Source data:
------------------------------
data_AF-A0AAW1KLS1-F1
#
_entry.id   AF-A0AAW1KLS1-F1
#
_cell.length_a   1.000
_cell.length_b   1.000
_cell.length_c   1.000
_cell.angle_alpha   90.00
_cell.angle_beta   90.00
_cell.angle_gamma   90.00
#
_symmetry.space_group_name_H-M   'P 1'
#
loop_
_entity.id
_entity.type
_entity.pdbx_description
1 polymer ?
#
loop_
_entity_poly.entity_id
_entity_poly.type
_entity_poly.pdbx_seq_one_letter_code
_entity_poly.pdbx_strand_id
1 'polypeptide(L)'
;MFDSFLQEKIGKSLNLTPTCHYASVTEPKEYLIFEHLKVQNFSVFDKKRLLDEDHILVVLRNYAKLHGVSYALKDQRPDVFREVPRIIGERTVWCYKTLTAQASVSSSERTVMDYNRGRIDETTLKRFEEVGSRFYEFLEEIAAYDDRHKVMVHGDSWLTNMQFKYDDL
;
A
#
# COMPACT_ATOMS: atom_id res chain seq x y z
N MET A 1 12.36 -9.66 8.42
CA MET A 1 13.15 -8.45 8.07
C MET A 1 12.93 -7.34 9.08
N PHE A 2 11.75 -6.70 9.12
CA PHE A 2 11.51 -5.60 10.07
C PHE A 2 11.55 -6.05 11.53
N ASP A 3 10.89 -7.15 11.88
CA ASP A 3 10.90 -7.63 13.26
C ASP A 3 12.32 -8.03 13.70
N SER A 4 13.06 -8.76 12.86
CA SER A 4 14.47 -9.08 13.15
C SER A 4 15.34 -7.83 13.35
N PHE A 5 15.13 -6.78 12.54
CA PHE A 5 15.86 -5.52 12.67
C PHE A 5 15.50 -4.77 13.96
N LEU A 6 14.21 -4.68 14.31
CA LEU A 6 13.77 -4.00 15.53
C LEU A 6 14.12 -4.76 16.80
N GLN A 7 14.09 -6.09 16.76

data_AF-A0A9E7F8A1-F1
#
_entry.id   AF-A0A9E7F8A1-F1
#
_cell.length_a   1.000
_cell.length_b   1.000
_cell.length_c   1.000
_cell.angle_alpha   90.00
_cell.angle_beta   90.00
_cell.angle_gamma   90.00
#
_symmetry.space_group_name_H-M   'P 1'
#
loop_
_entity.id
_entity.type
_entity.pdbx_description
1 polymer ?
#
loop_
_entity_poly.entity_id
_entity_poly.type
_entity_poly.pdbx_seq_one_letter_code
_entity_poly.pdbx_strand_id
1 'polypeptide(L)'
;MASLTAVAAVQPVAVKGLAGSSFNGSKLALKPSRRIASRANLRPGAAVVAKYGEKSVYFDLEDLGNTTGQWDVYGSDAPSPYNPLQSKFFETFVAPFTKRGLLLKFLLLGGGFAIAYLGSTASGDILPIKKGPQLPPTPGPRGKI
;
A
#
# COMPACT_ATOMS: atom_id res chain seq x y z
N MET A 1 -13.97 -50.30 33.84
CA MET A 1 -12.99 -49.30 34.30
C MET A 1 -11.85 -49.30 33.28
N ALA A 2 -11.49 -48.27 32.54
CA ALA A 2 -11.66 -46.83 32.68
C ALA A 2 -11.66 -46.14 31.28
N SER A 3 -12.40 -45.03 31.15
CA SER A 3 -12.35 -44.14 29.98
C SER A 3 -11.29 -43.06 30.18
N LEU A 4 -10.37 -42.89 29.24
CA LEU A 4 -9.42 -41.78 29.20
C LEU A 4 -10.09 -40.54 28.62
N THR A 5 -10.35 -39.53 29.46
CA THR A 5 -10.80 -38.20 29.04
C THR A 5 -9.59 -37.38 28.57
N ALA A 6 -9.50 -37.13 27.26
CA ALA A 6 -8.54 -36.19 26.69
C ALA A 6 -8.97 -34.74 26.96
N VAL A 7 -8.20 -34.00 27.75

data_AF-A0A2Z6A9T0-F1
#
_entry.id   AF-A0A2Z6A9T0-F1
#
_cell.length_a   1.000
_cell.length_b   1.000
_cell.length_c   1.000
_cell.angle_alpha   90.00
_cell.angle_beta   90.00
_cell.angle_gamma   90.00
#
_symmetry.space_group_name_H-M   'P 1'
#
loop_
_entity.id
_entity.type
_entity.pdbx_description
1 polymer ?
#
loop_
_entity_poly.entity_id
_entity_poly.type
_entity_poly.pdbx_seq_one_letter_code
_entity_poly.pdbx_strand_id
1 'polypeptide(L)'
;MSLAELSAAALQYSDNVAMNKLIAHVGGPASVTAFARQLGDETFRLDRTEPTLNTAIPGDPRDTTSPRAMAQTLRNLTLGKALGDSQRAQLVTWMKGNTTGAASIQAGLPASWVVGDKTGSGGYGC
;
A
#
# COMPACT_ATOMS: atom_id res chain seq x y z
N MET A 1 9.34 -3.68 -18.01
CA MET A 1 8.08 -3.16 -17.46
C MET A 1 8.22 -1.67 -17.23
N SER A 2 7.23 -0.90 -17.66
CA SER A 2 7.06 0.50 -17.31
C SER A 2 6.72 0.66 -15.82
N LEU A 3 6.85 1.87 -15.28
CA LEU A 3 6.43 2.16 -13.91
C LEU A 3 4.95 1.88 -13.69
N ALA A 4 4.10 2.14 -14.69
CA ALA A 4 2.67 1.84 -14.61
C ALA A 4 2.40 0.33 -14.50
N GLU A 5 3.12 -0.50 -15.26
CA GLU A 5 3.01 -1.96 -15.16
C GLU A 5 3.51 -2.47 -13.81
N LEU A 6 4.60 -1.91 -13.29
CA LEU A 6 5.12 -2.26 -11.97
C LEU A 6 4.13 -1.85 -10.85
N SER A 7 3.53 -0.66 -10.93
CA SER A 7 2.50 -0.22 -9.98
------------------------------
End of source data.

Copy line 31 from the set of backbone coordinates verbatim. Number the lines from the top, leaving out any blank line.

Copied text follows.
N MET A 1 12.36 -9.66 8.42